Monday, 3 June 2013

Murray Frum: the story of an art Collector

Murray Frum - Image from The Globe and Mail
The Globe and Mail have written an interesting piece on Murray Frum, an art collector who began his collecting passion with the purchase of an Egyptian statue.

"Back in the late 1950s, when Murray Frum, the son of Polish immigrants, was a young dentist, he went to New York with his wife, Barbara. After touring the galleries of the Metropolitan Museum of Art, the couple dropped into the gift shop, where Murray spotted a remarkably good collection of reproduction Egyptian sculptures. “Oh, they aren’t copies,” the sales clerk confided, “they are extras from the museum collection.” She then showed the Frums a basement storeroom crammed with stone and wood sculptures, some of which were 4,000 years old, as Mr. Frum relates in his privately published memoir, Collecting: A Work in Progress.
The piece that had captivated him was a wood figure, slightly less than a foot tall, dating from the Middle Kingdom. The sculpture, which had “a beautiful posture and an exquisite face,” had been found during a Met expedition to Egypt and had even been illustrated in one of the museum’s publications. That the piece was for sale in the very museum that had discovered it was a shocking indication of how lowly the Met valued African art, a point underlined by the bargain-basement price tag: $75.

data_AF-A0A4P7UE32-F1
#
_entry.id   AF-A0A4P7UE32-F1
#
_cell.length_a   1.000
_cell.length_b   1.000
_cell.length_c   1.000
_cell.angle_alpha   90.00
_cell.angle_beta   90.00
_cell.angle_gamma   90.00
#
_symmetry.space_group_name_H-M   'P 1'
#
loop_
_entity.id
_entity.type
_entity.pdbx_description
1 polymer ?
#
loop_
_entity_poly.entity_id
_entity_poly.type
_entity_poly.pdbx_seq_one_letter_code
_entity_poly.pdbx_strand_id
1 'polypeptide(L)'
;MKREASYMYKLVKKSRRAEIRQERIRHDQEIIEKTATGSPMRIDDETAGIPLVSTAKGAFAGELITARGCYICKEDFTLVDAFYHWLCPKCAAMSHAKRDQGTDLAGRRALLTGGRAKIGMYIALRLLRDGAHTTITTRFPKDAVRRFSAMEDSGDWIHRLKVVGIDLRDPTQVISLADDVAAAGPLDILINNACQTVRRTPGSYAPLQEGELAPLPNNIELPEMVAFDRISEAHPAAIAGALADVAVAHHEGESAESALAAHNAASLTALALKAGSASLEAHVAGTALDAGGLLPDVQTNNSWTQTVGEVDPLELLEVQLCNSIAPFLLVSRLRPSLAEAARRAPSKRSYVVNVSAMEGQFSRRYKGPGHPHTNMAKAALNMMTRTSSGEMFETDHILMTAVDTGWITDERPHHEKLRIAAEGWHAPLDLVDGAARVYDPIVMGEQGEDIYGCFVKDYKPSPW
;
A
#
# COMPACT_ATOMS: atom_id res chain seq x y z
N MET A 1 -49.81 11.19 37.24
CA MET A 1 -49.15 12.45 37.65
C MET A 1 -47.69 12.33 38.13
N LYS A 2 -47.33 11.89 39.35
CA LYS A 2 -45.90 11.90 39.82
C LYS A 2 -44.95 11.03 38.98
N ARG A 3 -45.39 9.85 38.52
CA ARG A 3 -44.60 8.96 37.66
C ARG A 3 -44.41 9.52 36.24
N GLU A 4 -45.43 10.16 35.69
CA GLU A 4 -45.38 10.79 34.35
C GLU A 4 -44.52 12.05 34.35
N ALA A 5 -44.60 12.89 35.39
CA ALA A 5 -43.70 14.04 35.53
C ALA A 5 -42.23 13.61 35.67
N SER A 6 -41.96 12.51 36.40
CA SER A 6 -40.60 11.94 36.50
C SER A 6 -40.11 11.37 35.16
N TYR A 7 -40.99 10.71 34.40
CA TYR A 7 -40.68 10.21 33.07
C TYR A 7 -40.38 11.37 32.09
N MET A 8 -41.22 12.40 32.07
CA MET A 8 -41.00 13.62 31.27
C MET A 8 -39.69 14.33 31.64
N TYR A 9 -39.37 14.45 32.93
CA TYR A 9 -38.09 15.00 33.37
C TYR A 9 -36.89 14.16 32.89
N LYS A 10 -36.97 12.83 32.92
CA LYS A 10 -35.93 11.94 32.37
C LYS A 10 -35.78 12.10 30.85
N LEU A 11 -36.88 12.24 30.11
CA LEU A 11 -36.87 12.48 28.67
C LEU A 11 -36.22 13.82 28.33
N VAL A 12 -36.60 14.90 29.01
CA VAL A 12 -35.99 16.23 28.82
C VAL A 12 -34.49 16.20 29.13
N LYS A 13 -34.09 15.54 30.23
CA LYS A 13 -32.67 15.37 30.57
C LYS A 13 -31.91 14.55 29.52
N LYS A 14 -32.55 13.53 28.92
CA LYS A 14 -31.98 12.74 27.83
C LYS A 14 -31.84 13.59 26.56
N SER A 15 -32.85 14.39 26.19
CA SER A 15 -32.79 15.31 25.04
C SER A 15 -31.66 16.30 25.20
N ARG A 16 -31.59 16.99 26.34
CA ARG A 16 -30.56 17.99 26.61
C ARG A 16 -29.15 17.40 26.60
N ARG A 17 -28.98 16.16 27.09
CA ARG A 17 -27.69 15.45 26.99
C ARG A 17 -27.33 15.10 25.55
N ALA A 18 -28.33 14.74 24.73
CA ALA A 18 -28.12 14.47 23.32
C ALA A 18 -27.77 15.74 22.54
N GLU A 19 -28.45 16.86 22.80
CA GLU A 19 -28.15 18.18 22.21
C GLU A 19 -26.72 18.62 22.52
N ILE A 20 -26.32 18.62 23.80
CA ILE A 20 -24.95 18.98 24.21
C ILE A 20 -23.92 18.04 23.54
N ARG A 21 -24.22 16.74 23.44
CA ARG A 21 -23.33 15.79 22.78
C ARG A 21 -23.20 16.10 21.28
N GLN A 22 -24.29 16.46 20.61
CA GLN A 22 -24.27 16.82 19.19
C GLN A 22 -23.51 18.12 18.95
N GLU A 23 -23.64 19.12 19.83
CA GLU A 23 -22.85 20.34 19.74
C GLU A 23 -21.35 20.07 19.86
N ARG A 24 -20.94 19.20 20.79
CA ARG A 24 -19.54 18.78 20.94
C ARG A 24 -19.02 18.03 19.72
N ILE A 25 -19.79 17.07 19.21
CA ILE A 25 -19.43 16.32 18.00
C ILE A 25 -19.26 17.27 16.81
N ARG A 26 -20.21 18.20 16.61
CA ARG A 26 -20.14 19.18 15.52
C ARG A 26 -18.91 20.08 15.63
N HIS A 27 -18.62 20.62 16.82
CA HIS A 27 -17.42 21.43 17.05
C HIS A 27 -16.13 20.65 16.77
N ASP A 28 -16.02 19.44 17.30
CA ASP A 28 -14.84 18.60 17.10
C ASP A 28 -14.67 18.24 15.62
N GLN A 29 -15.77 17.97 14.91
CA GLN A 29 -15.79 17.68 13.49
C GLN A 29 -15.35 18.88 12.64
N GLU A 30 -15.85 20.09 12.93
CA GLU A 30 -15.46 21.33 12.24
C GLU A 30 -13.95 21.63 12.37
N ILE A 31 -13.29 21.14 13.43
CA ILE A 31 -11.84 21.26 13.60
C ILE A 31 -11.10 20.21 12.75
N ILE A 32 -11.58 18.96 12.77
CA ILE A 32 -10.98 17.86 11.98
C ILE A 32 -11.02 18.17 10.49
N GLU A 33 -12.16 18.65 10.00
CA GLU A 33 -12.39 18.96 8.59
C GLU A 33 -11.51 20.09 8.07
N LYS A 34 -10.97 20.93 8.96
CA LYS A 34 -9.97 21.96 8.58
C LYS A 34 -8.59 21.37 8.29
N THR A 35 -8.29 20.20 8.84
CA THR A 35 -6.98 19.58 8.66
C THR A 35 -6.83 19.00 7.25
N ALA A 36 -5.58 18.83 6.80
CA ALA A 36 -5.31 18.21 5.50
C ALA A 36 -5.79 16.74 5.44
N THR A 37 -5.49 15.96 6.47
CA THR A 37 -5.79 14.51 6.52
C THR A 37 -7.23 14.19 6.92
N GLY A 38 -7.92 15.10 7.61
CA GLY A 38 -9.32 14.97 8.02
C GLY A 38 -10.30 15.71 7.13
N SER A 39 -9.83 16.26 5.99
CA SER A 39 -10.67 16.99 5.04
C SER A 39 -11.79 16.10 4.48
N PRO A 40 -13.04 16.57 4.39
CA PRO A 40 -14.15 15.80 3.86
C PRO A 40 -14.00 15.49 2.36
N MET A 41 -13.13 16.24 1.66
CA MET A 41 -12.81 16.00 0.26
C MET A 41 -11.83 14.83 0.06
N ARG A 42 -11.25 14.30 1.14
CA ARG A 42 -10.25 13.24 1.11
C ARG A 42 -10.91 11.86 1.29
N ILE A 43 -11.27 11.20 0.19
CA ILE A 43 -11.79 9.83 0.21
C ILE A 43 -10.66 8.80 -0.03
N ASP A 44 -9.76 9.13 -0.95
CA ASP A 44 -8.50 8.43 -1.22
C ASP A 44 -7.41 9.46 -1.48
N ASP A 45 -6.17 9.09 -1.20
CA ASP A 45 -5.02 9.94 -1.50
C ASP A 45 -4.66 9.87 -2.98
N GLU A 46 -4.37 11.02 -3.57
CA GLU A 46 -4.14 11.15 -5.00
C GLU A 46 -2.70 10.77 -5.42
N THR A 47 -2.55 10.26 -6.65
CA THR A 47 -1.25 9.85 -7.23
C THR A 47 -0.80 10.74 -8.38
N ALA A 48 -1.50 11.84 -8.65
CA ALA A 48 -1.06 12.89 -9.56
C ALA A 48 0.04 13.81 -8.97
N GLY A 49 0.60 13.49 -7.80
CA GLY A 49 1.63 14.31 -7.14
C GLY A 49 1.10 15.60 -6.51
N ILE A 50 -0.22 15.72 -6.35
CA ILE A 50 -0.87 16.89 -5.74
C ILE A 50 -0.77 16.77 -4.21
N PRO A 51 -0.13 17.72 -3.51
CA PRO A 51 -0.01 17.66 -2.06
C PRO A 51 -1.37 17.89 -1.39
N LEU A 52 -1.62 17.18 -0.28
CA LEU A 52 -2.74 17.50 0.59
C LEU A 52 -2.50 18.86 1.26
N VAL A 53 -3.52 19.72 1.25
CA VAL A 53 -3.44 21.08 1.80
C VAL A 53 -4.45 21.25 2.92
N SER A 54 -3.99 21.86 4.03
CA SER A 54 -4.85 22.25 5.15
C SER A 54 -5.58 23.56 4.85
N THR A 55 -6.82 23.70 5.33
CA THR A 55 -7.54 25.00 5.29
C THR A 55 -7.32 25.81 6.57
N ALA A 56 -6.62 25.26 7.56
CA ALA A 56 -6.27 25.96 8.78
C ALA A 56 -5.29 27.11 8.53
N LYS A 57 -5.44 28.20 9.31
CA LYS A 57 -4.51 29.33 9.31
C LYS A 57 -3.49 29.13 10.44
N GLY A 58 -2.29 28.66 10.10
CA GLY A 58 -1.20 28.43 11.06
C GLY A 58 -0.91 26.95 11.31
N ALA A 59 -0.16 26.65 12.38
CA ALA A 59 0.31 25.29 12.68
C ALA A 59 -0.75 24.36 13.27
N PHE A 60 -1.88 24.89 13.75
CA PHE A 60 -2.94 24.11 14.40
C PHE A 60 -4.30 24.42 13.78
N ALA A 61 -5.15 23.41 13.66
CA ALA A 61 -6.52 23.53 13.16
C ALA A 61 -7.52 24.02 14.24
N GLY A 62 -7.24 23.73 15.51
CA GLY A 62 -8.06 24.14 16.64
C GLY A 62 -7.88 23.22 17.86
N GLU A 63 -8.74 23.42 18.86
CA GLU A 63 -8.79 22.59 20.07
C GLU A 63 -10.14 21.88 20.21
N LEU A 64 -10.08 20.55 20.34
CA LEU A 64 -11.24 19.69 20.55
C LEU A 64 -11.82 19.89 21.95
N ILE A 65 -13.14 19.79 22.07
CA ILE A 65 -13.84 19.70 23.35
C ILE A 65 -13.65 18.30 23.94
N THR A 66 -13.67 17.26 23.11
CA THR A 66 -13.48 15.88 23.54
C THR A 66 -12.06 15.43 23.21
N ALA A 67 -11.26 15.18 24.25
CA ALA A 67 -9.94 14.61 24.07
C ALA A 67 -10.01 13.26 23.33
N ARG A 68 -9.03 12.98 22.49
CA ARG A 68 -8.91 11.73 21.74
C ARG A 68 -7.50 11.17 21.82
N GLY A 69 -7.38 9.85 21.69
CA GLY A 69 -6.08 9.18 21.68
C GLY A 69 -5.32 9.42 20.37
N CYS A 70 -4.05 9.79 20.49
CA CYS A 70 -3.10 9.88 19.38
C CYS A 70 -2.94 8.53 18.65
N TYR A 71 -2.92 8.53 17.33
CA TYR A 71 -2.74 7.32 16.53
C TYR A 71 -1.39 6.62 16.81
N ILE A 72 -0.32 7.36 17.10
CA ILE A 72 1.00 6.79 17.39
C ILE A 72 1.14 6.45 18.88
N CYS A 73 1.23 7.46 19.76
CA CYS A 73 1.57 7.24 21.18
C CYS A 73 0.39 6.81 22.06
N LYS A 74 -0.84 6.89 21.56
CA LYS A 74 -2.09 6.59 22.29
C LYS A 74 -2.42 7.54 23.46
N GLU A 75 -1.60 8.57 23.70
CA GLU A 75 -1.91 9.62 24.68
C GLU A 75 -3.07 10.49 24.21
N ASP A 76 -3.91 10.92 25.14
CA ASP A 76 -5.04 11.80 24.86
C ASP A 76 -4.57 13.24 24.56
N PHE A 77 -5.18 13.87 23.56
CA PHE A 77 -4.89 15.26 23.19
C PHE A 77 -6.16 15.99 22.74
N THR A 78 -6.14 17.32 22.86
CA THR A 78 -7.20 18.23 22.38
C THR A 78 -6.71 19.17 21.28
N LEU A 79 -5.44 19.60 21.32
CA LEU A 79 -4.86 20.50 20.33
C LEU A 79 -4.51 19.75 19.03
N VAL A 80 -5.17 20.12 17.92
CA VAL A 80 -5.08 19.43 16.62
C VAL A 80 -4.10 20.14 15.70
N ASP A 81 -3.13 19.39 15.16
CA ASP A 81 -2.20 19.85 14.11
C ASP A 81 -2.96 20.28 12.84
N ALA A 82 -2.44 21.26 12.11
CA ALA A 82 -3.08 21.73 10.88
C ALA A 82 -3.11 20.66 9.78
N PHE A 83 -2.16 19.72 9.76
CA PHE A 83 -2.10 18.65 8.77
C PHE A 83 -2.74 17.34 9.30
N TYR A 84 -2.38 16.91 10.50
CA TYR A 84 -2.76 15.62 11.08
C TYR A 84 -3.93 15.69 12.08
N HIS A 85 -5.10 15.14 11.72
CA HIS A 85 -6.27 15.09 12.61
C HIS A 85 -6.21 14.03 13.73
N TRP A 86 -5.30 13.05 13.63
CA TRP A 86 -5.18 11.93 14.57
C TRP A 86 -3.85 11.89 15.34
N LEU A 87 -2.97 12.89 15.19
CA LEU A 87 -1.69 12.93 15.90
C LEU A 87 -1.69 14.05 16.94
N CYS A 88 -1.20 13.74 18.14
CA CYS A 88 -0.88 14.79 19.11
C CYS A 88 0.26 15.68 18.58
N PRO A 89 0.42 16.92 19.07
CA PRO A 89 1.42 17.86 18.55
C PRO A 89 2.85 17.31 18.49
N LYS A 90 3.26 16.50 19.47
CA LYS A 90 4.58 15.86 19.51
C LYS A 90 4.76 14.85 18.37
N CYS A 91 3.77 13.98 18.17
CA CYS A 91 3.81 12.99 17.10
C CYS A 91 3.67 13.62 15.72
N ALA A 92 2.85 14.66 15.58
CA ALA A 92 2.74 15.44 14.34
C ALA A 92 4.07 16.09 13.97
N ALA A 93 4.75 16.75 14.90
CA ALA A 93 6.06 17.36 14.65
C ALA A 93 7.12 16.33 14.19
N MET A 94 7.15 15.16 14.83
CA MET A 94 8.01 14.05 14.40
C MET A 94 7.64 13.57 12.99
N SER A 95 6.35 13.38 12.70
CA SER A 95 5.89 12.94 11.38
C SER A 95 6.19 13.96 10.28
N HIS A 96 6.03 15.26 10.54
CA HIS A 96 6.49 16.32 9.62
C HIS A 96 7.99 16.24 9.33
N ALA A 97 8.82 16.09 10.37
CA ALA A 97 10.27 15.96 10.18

It was irresistible, but Mr. Frum didn’t have enough cash, so he left the museum, borrowed the money from the local branch of his university fraternity and made “the first purchase of what was to become a collection and a life-long focus.”
That wooden sculpture is now part of the Frum collection in the Art Gallery of Ontario in a purpose-built gallery designed by the architectural team of Brigitte Shim and Howard Sutcliffe. Mr. Frum was an active AGO trustee and donor, but that’s not the primary reason he gave the gallery his beloved African treasures, according to Ms. Shim. “He could easily have given the collection to the Royal Ontario Museum, but it is not about an anthropological condition or social patterns. He considered it beautiful art,” she said."


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